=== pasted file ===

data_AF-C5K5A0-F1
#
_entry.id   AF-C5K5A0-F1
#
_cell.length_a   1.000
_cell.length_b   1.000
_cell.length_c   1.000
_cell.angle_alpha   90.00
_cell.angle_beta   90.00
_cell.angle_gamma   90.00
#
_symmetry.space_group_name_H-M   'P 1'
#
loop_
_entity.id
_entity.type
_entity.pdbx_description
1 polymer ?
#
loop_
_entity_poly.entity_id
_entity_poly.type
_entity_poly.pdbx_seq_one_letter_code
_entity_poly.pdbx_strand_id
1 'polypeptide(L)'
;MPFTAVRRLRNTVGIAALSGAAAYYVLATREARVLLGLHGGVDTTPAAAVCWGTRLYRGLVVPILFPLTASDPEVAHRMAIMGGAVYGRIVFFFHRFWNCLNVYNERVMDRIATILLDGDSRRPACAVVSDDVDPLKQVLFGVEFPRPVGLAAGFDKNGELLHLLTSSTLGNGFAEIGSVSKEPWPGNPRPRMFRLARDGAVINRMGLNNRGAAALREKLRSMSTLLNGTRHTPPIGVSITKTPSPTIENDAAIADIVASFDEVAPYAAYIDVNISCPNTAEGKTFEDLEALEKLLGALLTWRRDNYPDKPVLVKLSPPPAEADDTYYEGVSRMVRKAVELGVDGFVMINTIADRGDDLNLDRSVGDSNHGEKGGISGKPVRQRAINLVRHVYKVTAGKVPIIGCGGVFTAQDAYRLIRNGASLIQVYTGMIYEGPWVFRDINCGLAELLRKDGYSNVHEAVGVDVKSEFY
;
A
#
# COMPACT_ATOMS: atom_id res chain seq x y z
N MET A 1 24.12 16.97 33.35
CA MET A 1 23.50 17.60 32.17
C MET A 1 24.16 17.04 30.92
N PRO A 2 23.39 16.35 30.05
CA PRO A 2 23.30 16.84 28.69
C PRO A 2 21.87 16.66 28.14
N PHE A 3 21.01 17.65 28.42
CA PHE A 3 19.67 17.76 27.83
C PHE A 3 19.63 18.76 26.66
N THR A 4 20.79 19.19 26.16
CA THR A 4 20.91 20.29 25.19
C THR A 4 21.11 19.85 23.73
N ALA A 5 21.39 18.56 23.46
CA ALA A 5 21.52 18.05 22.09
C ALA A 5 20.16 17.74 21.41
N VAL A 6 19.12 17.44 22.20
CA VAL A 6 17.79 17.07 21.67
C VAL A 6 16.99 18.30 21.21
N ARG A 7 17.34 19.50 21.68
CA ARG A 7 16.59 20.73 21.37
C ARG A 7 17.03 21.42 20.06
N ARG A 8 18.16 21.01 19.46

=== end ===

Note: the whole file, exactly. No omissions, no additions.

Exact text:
data_AF-C5K5A0-F1
#
_entry.id   AF-C5K5A0-F1
#
_cell.length_a   1.000
_cell.length_b   1.000
_cell.length_c   1.000
_cell.angle_alpha   90.00
_cell.angle_beta   90.00
_cell.angle_gamma   90.00
#
_symmetry.space_group_name_H-M   'P 1'
#
loop_
_entity.id
_entity.type
_entity.pdbx_description
1 polymer ?
#
loop_
_entity_poly.entity_id
_entity_poly.type
_entity_poly.pdbx_seq_one_letter_code
_entity_poly.pdbx_strand_id
1 'polypeptide(L)'
;MPFTAVRRLRNTVGIAALSGAAAYYVLATREARVLLGLHGGVDTTPAAAVCWGTRLYRGLVVPILFPLTASDPEVAHRMAIMGGAVYGRIVFFFHRFWNCLNVYNERVMDRIATILLDGDSRRPACAVVSDDVDPLKQVLFGVEFPRPVGLAAGFDKNGELLHLLTSSTLGNGFAEIGSVSKEPWPGNPRPRMFRLARDGAVINRMGLNNRGAAALREKLRSMSTLLNGTRHTPPIGVSITKTPSPTIENDAAIADIVASFDEVAPYAAYIDVNISCPNTAEGKTFEDLEALEKLLGALLTWRRDNYPDKPVLVKLSPPPAEADDTYYEGVSRMVRKAVELGVDGFVMINTIADRGDDLNLDRSVGDSNHGEKGGISGKPVRQRAINLVRHVYKVTAGKVPIIGCGGVFTAQDAYRLIRNGASLIQVYTGMIYEGPWVFRDINCGLAELLRKDGYSNVHEAVGVDVKSEFY
;
A
#
# COMPACT_ATOMS: atom_id res chain seq x y z
N MET A 1 24.12 16.97 33.35
CA MET A 1 23.50 17.60 32.17
C MET A 1 24.16 17.04 30.92
N PRO A 2 23.39 16.35 30.05
CA PRO A 2 23.30 16.84 28.69
C PRO A 2 21.87 16.66 28.14
N PHE A 3 21.01 17.65 28.42
CA PHE A 3 19.67 17.76 27.83
C PHE A 3 19.63 18.76 26.66
N THR A 4 20.79 19.19 26.16
CA THR A 4 20.91 20.29 25.19
C THR A 4 21.11 19.85 23.73
N ALA A 5 21.39 18.56 23.46
CA ALA A 5 21.52 18.05 22.09
C ALA A 5 20.16 17.74 21.41
N VAL A 6 19.12 17.44 22.20
CA VAL A 6 17.79 17.07 21.67
C VAL A 6 16.99 18.30 21.21
N ARG A 7 17.34 19.50 21.68
CA ARG A 7 16.59 20.73 21.37
C ARG A 7 17.03 21.42 20.06
N ARG A 8 18.16 21.01 19.46